Different jihadi groups fighting the Syrian government have been increasingly recruiting children soldiers as the conflict sweeps the war-torn country for the sixth year.
Since the Al-Qaeda franchise in Syria, Jabhet al-Nusra, established itself in Syria in January 2012, child recruitment has become more widely practiced, and even got wider and more organized with the emergence of Islamic State of Iraq and Syria (ISIS) in 2013.
The two ultraconservative groups created training camps for children where they are brainwashed and instilled with Takfiri ideology to become jihadi fighters and suicide bombers.
The process significantly increased with the Nusra-led Jaish al-Fateh taking over the northwestern province of Idlib in May 2015.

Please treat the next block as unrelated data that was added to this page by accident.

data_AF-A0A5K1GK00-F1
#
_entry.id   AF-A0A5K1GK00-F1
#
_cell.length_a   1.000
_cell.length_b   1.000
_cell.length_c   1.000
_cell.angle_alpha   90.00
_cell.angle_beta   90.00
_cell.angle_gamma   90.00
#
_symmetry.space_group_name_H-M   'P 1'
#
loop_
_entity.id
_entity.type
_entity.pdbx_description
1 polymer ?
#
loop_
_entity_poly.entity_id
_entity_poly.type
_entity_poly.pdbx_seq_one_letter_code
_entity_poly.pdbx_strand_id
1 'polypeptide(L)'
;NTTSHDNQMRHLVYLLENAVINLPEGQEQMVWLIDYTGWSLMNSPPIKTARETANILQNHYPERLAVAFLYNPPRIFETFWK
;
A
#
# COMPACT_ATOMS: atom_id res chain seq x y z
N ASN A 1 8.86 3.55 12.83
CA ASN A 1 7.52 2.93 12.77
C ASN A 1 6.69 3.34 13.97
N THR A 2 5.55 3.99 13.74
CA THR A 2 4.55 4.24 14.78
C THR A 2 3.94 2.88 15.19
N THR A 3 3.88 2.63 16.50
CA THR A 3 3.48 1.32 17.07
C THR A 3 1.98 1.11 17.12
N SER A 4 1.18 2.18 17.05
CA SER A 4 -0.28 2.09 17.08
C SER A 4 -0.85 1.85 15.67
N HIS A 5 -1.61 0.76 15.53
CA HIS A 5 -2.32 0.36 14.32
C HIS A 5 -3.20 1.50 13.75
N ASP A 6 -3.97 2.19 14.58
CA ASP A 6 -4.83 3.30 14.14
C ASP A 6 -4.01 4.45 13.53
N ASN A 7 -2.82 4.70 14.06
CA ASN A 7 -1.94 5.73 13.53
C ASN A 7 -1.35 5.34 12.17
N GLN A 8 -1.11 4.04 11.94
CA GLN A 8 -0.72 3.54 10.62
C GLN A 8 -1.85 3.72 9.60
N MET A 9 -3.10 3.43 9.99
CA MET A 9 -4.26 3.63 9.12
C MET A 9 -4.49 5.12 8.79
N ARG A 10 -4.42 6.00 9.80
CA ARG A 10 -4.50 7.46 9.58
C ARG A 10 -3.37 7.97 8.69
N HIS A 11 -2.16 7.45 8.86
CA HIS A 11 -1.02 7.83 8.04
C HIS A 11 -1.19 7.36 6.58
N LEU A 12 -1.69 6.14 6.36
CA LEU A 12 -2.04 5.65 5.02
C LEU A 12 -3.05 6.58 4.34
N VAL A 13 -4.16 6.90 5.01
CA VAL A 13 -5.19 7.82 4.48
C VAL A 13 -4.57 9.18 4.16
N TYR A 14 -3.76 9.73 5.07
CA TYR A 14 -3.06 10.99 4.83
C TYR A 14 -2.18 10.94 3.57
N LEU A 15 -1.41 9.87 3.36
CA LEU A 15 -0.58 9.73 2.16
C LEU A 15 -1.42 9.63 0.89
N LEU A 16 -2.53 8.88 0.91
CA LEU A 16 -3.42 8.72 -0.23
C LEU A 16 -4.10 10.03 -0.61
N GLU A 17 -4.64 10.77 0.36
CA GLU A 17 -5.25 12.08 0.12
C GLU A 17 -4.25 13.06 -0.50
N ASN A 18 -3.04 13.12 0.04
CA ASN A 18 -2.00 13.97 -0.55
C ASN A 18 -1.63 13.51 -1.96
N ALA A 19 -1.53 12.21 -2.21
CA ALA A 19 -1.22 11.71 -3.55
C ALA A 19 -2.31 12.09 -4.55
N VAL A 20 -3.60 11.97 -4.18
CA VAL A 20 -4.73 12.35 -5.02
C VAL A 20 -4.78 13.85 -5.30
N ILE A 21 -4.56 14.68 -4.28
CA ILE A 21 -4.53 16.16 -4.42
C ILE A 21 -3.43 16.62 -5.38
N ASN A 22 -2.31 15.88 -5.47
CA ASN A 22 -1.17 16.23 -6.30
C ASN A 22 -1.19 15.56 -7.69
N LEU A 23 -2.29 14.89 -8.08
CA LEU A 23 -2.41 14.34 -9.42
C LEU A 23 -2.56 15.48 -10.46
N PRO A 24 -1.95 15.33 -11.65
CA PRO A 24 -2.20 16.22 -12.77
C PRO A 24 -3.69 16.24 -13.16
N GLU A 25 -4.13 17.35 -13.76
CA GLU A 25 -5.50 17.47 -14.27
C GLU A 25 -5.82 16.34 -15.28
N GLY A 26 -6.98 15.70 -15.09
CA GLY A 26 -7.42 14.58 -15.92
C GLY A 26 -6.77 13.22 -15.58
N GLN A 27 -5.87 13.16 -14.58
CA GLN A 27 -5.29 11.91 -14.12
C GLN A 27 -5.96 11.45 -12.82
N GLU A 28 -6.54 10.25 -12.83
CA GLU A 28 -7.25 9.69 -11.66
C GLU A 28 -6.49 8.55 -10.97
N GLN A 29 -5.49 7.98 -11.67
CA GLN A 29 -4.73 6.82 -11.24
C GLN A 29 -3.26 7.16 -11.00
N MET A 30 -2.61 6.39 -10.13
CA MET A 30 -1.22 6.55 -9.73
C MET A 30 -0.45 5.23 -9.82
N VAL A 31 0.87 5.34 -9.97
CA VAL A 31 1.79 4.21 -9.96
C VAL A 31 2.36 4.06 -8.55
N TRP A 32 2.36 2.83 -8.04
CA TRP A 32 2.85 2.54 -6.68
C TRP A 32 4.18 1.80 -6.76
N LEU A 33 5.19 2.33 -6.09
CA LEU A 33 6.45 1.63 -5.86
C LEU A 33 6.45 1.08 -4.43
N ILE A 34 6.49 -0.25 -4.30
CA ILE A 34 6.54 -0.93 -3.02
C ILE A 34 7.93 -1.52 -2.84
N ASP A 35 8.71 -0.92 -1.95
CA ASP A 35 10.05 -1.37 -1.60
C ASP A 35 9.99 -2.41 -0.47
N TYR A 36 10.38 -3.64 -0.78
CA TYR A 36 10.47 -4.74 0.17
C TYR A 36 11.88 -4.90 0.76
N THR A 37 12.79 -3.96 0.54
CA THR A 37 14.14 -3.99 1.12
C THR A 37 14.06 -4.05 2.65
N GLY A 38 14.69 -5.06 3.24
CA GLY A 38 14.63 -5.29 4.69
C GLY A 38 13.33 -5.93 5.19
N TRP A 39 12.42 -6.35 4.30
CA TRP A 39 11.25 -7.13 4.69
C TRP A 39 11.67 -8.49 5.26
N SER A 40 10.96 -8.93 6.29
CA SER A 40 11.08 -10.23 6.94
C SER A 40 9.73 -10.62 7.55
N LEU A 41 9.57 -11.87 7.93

Analysts identify the notorious Saudi cleric Abdullah al-Muhesini as the godfather of recruiting children soldiers in rebel-held territories, especially Idlib.
In 2013, al-Muhesini launched his wide-scale recruiting campaign in Idlib (which later expanded to the northern countryside of Aleppo), and set up a boot camp dubbed (Callers of Jihad).
Propaganda leaflets and stickers that promote ‘fight against the infidels’ have proved crucial for the campaign.
Analysts estimate the number of children who joined al-Muhesini of around 1000 children – some even came from refugee camps along the Turkish borders – each paid $100 monthly salary.
While the media has constantly focused on child recruitment by factions internationally designated as ‘terrorist groups’, it – the media – has totally ignored those recruited by ‘moderate rebels’ across the country.
In the central Syrian city of Homs, a child fighting armed rebels was filmed beheading a captured Syrian officer with a machete in December 2012.
More recent footage from the Saudi-backed Jaish al-Islam shows children as young as 13 years old fighting government troops in Eastern Ghouta region.